Montana Air National Guard Airmen build workshop for Veterans Home

  • Published
  • By Master Sgt. Daniel Butterfield
  • 120th Airlift Wing Public Affairs
Airmen with the 219th RED HORSE Squadron, Montana Air National Guard, lent their skills and knowledge to build a workshop for the Grace Home Veterans Center the past two weeks here. Rapid Engineer Deployable Heavy Operational Repair Squadron Engineers are specialists in many types of civil engineering, heavy horizontal, and vertical construction projects.

For this workshop, their structural expertise was put to use. The ribbon cutting ceremony for Phase One of the project, which was mostly vertical framing and exterior siding work, took place Oct. 25, 2018. The next phases such as insulation, sheet rock and electrical work will continue through the winter months.

Once completed, cabinet making and woodworking are a few of the job skills that will be taught to transitioning Veterans in the new building.

“The plan is to use the new space to give hands-on vocational training to Veterans using the Grace Home, and hopefully turn those new skills into a paycheck,” said Tech. Sgt. Corey Stubbs, the project manager and a structural craftsman with the 219th RED HORSE Squadron.

The MTANG RED HORSE has worked several Innovative Readiness Training projects. To enlist their help it takes a lengthy approval process. A process that begins months in advance at the local level with applications and site photographs.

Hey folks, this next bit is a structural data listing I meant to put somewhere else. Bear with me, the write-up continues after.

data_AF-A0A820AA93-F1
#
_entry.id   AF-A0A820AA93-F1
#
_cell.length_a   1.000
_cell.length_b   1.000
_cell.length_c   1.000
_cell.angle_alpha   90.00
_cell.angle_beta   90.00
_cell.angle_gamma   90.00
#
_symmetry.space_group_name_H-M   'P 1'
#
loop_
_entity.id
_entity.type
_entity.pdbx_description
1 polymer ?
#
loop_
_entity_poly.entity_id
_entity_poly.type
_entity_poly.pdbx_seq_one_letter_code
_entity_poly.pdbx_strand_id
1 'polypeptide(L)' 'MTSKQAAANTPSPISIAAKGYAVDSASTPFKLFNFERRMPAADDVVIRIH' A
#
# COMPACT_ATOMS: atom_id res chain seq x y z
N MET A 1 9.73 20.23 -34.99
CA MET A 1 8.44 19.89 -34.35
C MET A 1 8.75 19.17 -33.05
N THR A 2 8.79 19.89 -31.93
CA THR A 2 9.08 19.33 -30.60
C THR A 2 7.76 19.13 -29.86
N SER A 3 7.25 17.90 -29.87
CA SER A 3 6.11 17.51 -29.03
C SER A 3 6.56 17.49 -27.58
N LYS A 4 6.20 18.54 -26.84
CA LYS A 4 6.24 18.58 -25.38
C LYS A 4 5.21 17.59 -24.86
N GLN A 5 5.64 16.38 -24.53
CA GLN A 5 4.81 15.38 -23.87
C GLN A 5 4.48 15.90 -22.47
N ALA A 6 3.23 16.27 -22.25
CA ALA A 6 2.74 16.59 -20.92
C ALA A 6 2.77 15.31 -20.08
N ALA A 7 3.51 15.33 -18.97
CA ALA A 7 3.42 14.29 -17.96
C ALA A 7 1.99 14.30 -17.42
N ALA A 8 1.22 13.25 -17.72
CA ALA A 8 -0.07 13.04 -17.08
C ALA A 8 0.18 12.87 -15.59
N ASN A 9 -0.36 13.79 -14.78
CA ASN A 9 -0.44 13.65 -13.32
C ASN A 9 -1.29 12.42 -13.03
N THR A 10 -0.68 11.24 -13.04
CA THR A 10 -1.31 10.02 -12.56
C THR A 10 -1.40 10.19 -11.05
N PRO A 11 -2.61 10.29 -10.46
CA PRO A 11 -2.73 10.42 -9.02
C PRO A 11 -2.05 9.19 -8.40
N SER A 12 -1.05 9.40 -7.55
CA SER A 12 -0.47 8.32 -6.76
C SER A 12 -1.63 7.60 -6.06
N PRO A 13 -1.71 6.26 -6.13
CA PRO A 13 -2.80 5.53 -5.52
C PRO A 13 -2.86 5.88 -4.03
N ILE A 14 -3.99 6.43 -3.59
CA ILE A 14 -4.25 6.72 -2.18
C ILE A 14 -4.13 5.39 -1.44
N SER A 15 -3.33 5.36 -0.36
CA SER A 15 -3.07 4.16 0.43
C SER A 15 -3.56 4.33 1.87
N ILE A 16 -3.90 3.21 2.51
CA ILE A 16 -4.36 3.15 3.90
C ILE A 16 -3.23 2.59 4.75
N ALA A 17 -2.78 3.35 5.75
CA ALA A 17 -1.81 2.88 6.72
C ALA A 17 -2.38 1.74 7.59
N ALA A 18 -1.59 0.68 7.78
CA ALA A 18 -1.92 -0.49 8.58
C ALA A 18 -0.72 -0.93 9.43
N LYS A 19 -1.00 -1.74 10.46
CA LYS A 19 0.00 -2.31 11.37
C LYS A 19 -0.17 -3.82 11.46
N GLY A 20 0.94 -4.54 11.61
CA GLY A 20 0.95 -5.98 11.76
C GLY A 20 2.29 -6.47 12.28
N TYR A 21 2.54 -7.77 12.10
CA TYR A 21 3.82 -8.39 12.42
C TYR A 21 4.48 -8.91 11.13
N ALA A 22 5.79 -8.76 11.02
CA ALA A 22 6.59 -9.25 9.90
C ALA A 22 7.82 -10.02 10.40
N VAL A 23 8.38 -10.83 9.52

“The initial labor recommendation came through from a local entity to enable the idea of RED HORSE participation. We see if the proposed project falls within the parameters of the Innovative Readiness Training Project guidelines,” said Senior Master Sgt. William Gamradt, the Operations Superintendent for the 219th RED HORSE Squadron. “Then initial request goes to the NGB [National Guard Bureau] and to the SECDEF [Secretary of Defense Office] for final approval. It can take between 60-90 days for approval that authorizes us to utilize manpower and other resources if needed.”

Once the application was approved, the squadron put together a team of specialists. For this project, the team included Air National Guardsmen, Active Duty Airmen volunteers from the 341st Missile Wing, Malmstrom Air Force Base, Montana, and local area students from both Great Falls and C. M. Russell High Schools who participate in the Career and Technical Education classes.

“It was a perfect marriage, the kids working with RED HORSE, they loved it,” said Bill Chafin, the project manager from Grace Home. “The kids gravitated to them, asked questions. The RED HORSE Airmen showed professionalism and leadership. Without RED HORSE this project wouldn’t have happened.”

The feeling from RED HORSE MTANG Airmen was mutual.

“This was a blast,” said Stubbs. “The fact that we got to hang out with the kids, we are doing this for our Veterans, being able to put our skills to the test. It was a good training event for everyone and a significant impact.”

The 219th RED HORSE Squadron has completed several IRT projects throughout the Continental United States, but it takes on a different meaning when they are working in their own backyard of Great Falls.

“We were able to link up with the community, Veterans and High School students there, being able to showcasing our skills and having visibility in the community. The best outcome of this project is the impact that it will continue to serve for years to come,” said Gamradt.